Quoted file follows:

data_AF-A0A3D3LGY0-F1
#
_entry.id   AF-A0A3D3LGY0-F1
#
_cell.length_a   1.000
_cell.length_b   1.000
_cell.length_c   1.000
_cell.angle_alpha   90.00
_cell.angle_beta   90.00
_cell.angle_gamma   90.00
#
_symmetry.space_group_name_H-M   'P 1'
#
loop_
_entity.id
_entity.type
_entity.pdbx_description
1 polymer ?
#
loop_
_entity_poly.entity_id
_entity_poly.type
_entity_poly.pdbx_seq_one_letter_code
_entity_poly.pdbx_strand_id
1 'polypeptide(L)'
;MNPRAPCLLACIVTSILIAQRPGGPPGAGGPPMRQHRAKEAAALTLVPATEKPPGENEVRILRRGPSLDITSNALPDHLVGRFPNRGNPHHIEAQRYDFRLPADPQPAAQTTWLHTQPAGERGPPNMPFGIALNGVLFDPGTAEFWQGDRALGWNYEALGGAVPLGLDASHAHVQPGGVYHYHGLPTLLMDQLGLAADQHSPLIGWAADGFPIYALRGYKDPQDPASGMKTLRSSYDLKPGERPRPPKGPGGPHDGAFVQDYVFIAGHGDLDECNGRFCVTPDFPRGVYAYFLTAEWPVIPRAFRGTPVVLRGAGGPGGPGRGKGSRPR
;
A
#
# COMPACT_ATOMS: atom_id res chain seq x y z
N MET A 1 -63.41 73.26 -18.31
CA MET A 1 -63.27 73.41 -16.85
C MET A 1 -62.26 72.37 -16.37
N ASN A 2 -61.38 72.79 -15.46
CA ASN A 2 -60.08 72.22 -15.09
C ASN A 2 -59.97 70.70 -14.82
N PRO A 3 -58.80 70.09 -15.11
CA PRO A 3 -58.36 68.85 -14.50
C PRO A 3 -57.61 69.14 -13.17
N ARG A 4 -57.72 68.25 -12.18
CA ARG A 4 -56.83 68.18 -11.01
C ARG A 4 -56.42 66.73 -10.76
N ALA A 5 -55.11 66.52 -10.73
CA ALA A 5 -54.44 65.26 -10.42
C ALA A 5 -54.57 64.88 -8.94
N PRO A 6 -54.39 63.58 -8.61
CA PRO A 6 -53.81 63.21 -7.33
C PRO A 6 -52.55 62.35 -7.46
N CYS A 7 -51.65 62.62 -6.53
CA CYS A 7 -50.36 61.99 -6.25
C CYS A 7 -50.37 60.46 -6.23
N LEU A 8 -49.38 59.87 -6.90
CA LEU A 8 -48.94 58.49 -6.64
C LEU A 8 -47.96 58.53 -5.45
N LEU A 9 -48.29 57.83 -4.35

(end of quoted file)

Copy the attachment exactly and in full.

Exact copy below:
data_AF-A0A3D3LGY0-F1
#
_entry.id   AF-A0A3D3LGY0-F1
#
_cell.length_a   1.000
_cell.length_b   1.000
_cell.length_c   1.000
_cell.angle_alpha   90.00
_cell.angle_beta   90.00
_cell.angle_gamma   90.00
#
_symmetry.space_group_name_H-M   'P 1'
#
loop_
_entity.id
_entity.type
_entity.pdbx_description
1 polymer ?
#
loop_
_entity_poly.entity_id
_entity_poly.type
_entity_poly.pdbx_seq_one_letter_code
_entity_poly.pdbx_strand_id
1 'polypeptide(L)'
;MNPRAPCLLACIVTSILIAQRPGGPPGAGGPPMRQHRAKEAAALTLVPATEKPPGENEVRILRRGPSLDITSNALPDHLVGRFPNRGNPHHIEAQRYDFRLPADPQPAAQTTWLHTQPAGERGPPNMPFGIALNGVLFDPGTAEFWQGDRALGWNYEALGGAVPLGLDASHAHVQPGGVYHYHGLPTLLMDQLGLAADQHSPLIGWAADGFPIYALRGYKDPQDPASGMKTLRSSYDLKPGERPRPPKGPGGPHDGAFVQDYVFIAGHGDLDECNGRFCVTPDFPRGVYAYFLTAEWPVIPRAFRGTPVVLRGAGGPGGPGRGKGSRPR
;
A
#
# COMPACT_ATOMS: atom_id res chain seq x y z
N MET A 1 -63.41 73.26 -18.31
CA MET A 1 -63.27 73.41 -16.85
C MET A 1 -62.26 72.37 -16.37
N ASN A 2 -61.38 72.79 -15.46
CA ASN A 2 -60.08 72.22 -15.09
C ASN A 2 -59.97 70.70 -14.82
N PRO A 3 -58.80 70.09 -15.11
CA PRO A 3 -58.36 68.85 -14.50
C PRO A 3 -57.61 69.14 -13.17
N ARG A 4 -57.72 68.25 -12.18
CA ARG A 4 -56.83 68.18 -11.01
C ARG A 4 -56.42 66.73 -10.76
N ALA A 5 -55.11 66.52 -10.73
CA ALA A 5 -54.44 65.26 -10.42
C ALA A 5 -54.57 64.88 -8.94
N PRO A 6 -54.39 63.58 -8.61
CA PRO A 6 -53.81 63.21 -7.33
C PRO A 6 -52.55 62.35 -7.46
N CYS A 7 -51.65 62.62 -6.53
CA CYS A 7 -50.36 61.99 -6.25
C CYS A 7 -50.37 60.46 -6.23
N LEU A 8 -49.38 59.87 -6.90
CA LEU A 8 -48.94 58.49 -6.64
C LEU A 8 -47.96 58.53 -5.45
N LEU A 9 -48.29 57.83 -4.35